Tuesday 16 November 2010

Can German Craftsmen give UK's Heritage a facelift?

When the London hotel your delegation is going to stay at suffers a fire a couple of days before a trip, it's unfortunate. When their arrival coincides with a 24h tube strike, you might think fate was conspiring against you! Instead we had an unflappable group of heritage and conservation experts, who took changes in their stride and actually arrived early for their event.

I was the facilitator for the group of 14 artisans from North Rhine Westphalia and beyond in Germany. The trip had been organised by Marie-Theres Luetje of the Handwerkskammer in Duesseldorf and was supported by NRW International. My colleague Mark Dodsworth of Europartnerships Ltd had coordinated the planning of talks, trips and meetings in the UK. Our London base were the meeting rooms and library of the hospitable Canning House of No2, Belgrave Square.

The companies were here for an intensive two day program, to learn how conservation and restoration work was done in the UK. They also wanted to know how craftsman were chosen for projects and whether there were opportunities for them in the UK. (Companies taking part and the program of events here).

The delegates had come with the impression that there was a tremendous latitude for poor workmanship in an unregulated market in the UK. In contrast to Germany, where there is a formal structure of apprentices, journeymen and Masters in the crafts. Did reality match the preconceptions? Here are some of my impressions

Britain's heritage is regulated, for example by the listing of buildings or parts of buildings. We learnt how one architects firm proceeded with documentation and restoration on the prestigious Regent's Street; from facades to recovering Art Deco interiors.

We had the privelege of a guided tour of Wimpole Hall with the House's resident expert and East of Englands key National Trust officers. There was loving attention to detail, with a balance between using traditional materials and techniques where possible and appropriate modern substitutes where necessary.

A visit to an end-of-terrace Victorian interior renovation clearly showed three things.
  1. Determined architects could find the best of British craftsmanship and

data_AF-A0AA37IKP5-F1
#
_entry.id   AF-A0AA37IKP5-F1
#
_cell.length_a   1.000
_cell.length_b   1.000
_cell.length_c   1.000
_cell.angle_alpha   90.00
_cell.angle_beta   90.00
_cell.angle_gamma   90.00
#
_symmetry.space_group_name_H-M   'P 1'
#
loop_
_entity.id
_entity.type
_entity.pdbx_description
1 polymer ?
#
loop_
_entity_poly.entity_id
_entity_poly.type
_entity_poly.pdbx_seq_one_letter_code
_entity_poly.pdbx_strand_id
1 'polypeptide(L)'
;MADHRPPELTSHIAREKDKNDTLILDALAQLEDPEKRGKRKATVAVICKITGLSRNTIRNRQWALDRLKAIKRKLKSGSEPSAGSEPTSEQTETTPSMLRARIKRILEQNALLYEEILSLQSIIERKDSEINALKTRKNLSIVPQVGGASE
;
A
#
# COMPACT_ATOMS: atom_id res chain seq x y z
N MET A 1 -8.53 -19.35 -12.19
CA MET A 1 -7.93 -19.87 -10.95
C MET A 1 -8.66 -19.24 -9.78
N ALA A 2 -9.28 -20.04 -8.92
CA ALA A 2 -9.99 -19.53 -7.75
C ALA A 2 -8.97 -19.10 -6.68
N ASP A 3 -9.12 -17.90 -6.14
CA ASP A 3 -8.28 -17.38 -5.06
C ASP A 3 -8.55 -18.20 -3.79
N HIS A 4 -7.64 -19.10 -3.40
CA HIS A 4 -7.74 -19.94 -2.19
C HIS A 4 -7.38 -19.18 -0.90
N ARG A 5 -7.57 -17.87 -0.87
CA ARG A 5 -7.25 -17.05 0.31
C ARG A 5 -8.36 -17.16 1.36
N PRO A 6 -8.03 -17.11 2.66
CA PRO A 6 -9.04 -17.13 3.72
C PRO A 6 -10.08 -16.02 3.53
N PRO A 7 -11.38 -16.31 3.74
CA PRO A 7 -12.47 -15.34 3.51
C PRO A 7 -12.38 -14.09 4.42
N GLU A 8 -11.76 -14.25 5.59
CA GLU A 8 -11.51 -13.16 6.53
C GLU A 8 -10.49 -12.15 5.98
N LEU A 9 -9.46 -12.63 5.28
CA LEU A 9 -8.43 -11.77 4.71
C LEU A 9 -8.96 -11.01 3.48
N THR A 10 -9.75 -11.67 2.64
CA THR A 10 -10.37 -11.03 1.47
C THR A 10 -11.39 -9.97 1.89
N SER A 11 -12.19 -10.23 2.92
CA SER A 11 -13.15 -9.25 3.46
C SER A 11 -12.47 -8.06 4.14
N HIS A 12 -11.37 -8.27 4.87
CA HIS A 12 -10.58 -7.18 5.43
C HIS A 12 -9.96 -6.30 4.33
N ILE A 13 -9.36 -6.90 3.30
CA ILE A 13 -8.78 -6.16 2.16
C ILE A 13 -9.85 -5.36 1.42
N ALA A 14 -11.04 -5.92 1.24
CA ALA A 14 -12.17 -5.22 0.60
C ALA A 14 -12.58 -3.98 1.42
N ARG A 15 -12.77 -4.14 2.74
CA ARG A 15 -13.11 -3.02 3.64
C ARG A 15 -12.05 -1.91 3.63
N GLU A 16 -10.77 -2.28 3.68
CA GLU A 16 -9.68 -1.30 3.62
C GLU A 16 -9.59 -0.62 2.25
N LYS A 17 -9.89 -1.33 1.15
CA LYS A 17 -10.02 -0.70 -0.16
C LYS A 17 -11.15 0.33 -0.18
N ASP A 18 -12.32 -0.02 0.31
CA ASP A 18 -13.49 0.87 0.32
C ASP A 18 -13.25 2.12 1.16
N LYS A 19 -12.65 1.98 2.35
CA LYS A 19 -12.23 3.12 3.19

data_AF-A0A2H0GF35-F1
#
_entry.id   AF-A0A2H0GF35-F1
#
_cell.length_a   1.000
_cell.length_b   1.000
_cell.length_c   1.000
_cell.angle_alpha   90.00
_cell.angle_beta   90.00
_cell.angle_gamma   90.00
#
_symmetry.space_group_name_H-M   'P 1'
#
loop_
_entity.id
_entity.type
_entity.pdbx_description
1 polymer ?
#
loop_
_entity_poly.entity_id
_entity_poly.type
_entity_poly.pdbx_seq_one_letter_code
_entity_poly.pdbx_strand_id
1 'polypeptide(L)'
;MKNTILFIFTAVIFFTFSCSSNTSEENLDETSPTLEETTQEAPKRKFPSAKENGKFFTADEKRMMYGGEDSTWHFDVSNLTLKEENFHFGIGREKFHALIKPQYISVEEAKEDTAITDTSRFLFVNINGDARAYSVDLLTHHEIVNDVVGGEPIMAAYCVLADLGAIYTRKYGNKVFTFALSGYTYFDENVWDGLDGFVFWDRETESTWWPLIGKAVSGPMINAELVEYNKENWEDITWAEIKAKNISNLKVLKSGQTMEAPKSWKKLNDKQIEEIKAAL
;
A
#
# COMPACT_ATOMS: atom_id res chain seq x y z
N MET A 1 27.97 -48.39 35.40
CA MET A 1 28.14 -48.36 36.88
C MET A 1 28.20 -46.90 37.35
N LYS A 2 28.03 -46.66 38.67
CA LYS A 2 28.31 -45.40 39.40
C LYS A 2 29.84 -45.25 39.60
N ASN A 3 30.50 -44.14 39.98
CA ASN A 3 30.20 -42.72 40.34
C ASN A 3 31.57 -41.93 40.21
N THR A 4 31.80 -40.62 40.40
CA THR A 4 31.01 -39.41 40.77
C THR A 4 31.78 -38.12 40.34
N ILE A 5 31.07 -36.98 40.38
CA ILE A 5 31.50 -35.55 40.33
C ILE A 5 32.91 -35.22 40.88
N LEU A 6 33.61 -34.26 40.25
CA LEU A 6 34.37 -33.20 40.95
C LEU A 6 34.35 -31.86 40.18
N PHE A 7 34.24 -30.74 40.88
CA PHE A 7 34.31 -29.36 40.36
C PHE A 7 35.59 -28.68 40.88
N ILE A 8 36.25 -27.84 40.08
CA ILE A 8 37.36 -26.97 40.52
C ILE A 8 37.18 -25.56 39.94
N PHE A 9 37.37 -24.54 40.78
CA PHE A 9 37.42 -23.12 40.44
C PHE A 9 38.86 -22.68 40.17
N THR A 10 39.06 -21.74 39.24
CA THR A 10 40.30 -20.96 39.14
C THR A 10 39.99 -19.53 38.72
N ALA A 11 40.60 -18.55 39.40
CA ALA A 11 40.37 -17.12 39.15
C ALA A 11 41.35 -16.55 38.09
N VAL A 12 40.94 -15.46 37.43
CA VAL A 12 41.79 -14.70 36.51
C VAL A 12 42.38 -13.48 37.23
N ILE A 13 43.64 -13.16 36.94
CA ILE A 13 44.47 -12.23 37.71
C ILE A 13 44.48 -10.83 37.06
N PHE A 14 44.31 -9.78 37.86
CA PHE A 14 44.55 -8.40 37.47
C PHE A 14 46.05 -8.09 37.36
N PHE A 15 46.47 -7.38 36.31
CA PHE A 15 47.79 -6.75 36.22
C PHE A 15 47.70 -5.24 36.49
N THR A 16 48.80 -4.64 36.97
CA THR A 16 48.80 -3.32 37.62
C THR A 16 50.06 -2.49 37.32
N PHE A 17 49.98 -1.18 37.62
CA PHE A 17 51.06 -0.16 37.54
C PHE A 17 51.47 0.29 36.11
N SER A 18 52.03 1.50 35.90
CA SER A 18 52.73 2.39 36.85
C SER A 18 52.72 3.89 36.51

2. Modern features could be sympathetically introduced to the highest standard whilst retaining the Victorian character of the property.
  3. The lady of the house could have a floor to ceiling designer shoe cupboard
As the delegates lost their reserve and expert questions crept in, the buzz of conversation rose during the two days. At times the interest was so intense that keeping to the tight schedule was like herding cats.

Three lessons emerged from the visit
  1. A high standard of craftsmanship was demanded and could be delivered in the UK
  2. There was a definite interest in and need for the skills of the visiting German craftsmen
  3. Architects and trusts looked for companies that could deliver the standards required.
Time and again, it emerged that, in the absence of a regulated training framework, it took a lot of effort to find trusted quality craftsmen. Once such companies are identified they become preferred providers. We met German craftsmen and architects who had successfully transferred to the UK

So what is the way forward for the German companies?
  1. The craftsmen need a detailed portfolio demonstrating their skills. Existing UK experience helps!
  2. The texts must be in English
  3. The craftsmen need to be proactive in making key organisations aware of their skills
As those who know my belief in the benefit of companies collaborating for mutual benefit will guess, there are two further personal recommendations:
  1. Either find an existing craftsman or company in the UK in an area complementary to yours and see if you can work together, and/or
  2. Team up with other German craftsmen with different skills to be a stronger, larger group seeking to enter the UK market, with a range of services.

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